Time for some SCCM now and where better to start than with update management as we believe this is one of the key features SCCM generally does really well. This post will hopefully provide you with some useful tips and tricks for managing windows updates in your enterprise.
*Quick disclaimer – All tips are tried and tested on the latest version of SCCM at the time of writing (SCCM CB 1710)
Update Group Tips:
A key point to consider when planning your update groups and rules is the 1000 update per group deployment limit, SCCM will currently only allow you to deploy an update group to a device collection that has no more than 1000 updates contained within it. This means you cant just have 1 update group you want to deploy with all the updates ever released for every product in it because this will contain way more than the 1000 update per group limit. Of course you can have an update group which contains more than 1000 updates in and this can be quite useful for reporting, however try to deploy that group to a device collection and you will receive an error.
Thinking about how to overcome this hurdle we decided to split the update groups out into yearly chunks, by splitting out the groups in this way we were unable to reach the 1000 updates limit per group whist each group contains updates from server 2008 to server 2016. In practice this meant if we had an estate with some 2012 R2 and 2016 servers in it we would have a separate update group per year containing the updates for 2012 R2 and 2016, for example:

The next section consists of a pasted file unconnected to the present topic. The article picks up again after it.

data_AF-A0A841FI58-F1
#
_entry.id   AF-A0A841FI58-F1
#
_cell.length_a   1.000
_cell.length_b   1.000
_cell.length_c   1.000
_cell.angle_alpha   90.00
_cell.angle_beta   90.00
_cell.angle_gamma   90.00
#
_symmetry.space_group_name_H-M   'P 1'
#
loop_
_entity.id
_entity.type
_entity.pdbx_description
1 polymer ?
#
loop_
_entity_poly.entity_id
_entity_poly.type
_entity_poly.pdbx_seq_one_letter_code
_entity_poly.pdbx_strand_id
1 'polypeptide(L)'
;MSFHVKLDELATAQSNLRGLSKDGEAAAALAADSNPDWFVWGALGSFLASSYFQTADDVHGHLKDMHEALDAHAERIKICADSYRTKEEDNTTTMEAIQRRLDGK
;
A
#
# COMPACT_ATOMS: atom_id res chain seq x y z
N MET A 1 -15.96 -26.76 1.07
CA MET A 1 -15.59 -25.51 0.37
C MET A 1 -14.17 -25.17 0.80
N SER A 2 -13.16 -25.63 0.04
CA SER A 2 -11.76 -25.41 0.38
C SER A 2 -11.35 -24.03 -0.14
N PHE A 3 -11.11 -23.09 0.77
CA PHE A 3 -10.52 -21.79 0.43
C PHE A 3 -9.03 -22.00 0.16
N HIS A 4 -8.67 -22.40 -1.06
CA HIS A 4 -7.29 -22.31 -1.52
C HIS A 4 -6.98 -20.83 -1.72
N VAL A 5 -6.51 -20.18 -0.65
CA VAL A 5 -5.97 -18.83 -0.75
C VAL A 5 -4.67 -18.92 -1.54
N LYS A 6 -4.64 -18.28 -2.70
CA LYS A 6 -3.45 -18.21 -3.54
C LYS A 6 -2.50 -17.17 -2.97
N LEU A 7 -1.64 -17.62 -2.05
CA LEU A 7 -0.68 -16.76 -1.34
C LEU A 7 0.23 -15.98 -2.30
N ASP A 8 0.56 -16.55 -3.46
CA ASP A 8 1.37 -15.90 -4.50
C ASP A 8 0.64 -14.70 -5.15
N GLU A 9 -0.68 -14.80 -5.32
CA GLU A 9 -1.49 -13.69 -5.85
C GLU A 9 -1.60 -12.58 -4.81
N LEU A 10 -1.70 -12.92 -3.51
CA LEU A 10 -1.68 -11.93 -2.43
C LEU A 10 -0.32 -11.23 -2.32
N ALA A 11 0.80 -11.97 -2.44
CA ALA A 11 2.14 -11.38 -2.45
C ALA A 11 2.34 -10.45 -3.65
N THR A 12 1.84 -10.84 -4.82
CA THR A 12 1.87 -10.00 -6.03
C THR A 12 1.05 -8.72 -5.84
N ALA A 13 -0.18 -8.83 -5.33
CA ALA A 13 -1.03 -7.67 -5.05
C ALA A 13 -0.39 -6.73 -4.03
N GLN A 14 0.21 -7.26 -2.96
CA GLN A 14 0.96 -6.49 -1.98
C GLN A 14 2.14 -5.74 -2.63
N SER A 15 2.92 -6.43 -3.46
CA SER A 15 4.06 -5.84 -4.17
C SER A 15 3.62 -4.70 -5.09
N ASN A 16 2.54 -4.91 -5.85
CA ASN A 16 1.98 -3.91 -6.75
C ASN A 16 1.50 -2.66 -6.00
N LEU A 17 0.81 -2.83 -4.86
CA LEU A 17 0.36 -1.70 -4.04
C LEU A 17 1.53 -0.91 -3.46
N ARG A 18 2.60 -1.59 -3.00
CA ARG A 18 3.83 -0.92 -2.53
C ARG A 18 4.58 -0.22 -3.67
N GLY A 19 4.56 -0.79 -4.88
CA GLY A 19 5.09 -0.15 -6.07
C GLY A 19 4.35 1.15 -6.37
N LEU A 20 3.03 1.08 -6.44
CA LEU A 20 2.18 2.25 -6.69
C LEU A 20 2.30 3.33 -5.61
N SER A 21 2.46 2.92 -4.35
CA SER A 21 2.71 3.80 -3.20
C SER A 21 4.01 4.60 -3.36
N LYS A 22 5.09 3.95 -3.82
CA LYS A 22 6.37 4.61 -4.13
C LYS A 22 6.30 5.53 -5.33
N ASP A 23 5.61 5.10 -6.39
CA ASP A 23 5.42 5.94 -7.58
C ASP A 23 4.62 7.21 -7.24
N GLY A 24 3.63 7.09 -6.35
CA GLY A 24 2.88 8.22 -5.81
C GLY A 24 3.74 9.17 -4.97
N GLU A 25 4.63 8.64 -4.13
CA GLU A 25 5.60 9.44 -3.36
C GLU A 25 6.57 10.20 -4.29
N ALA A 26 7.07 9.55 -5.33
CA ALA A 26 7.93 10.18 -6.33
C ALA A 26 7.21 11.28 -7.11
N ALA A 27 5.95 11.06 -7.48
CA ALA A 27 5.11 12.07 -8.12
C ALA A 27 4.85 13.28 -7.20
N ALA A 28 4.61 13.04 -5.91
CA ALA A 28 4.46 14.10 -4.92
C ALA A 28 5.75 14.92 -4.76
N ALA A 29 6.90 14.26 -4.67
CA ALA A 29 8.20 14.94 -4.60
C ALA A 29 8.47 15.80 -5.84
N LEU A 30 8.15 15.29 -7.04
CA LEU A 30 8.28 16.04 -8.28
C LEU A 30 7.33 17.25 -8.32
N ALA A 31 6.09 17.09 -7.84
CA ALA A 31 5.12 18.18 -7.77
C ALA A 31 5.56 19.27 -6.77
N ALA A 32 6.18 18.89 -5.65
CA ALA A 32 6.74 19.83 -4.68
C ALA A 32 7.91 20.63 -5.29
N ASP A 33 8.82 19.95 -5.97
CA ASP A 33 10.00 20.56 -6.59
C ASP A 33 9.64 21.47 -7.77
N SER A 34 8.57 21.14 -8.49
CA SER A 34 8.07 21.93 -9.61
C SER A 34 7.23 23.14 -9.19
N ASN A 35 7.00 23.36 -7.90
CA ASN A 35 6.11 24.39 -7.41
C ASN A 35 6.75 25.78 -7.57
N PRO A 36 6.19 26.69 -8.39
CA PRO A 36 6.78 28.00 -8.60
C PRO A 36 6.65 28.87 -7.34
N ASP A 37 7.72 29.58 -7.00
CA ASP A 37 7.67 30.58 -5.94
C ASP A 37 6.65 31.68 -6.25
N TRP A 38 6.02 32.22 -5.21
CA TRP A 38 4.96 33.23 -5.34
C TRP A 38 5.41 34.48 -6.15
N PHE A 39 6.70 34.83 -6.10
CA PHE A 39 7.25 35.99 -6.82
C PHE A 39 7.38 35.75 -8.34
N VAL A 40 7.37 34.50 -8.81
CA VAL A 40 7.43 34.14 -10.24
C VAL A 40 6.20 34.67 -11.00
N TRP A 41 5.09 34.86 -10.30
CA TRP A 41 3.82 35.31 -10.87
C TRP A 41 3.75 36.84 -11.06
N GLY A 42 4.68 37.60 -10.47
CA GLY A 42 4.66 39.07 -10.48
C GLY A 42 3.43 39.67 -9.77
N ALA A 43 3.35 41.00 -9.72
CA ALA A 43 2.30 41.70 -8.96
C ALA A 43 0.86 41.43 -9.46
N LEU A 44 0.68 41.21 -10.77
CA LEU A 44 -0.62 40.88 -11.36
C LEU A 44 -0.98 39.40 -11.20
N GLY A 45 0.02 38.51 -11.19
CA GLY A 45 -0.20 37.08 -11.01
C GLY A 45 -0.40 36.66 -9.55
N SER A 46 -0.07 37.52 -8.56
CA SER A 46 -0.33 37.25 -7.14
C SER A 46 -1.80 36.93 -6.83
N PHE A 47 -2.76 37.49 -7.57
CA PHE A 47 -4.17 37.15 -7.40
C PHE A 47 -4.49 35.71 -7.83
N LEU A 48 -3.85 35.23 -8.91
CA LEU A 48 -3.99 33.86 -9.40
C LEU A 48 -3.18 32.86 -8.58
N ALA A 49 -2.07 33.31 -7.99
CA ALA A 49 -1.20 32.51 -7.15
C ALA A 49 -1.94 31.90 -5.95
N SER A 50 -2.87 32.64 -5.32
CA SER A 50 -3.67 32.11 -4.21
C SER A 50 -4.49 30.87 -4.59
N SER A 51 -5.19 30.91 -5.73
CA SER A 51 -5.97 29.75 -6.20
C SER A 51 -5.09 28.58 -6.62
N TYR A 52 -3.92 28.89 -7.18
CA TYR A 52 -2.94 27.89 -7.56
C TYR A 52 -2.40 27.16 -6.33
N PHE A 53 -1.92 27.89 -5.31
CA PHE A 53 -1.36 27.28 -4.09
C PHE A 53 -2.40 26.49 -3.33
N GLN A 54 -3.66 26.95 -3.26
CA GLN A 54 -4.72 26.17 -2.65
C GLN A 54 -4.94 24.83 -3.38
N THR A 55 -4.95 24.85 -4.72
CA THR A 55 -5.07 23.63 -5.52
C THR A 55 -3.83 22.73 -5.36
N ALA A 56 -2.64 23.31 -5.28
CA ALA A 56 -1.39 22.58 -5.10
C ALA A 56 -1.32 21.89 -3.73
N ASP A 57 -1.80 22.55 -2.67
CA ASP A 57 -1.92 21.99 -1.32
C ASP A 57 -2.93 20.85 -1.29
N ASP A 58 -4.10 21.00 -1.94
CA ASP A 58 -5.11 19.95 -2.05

“Windows server updates from 2016” is the name of the group and it contains only the updates released for windows server 2012 R2 and 2016 from 1/1/2016 – 1/1/2017.
You can create these groups manually via custom searches in the “All software updates” section, once happy with your selection select all the updates and choose create software update group. A good tip here is to save your search so each time you move to a new year you can just reload your search and change the date. When downloading the updates give each yearly group its own deployment package for ease of management.
A good part of the leg work is now done, you have all your yearly software update groups all nice and ready to deploy to your device collections but what about next month when new updates are released, how can you now automate the process for ongoing patching without having to manually keep creating and editing the existing yearly group? The answer lies in Automatic Deployment Rules (ADR’s)
Automatic deployment rules are a must should you wish to make your update management process as Automated as possible. In this yearly scenario you will want an ADR that creates an update group containing just this months updates, the group can then be deployed to as many device collections as you like and at the end of the month the updates can either be manually shifted or automatically moved via PowerShell to the latest yearly update group so its ready for next months batch of updates.
key points when using ADR’s are: